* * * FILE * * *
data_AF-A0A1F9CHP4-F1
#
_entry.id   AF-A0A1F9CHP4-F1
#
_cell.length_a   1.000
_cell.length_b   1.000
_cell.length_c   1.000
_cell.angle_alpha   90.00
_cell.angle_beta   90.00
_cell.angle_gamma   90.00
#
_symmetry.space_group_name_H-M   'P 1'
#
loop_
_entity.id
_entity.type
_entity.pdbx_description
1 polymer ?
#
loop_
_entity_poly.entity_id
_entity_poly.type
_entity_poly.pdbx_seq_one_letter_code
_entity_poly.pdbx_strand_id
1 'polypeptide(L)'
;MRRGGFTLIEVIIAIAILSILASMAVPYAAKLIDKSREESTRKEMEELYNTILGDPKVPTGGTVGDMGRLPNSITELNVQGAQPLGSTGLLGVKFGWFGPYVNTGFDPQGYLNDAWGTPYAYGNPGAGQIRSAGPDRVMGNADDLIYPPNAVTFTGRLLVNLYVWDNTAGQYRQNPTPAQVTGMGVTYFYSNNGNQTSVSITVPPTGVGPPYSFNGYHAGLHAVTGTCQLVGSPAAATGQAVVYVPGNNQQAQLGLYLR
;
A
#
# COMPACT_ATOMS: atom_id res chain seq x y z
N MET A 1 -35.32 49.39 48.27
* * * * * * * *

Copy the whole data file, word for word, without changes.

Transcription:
data_AF-A0A1F9CHP4-F1
#
_entry.id   AF-A0A1F9CHP4-F1
#
_cell.length_a   1.000
_cell.length_b   1.000
_cell.length_c   1.000
_cell.angle_alpha   90.00
_cell.angle_beta   90.00
_cell.angle_gamma   90.00
#
_symmetry.space_group_name_H-M   'P 1'
#
loop_
_entity.id
_entity.type
_entity.pdbx_description
1 polymer ?
#
loop_
_entity_poly.entity_id
_entity_poly.type
_entity_poly.pdbx_seq_one_letter_code
_entity_poly.pdbx_strand_id
1 'polypeptide(L)'
;MRRGGFTLIEVIIAIAILSILASMAVPYAAKLIDKSREESTRKEMEELYNTILGDPKVPTGGTVGDMGRLPNSITELNVQGAQPLGSTGLLGVKFGWFGPYVNTGFDPQGYLNDAWGTPYAYGNPGAGQIRSAGPDRVMGNADDLIYPPNAVTFTGRLLVNLYVWDNTAGQYRQNPTPAQVTGMGVTYFYSNNGNQTSVSITVPPTGVGPPYSFNGYHAGLHAVTGTCQLVGSPAAATGQAVVYVPGNNQQAQLGLYLR
;
A
#
# COMPACT_ATOMS: atom_id res chain seq x y z
N MET A 1 -35.32 49.39 48.27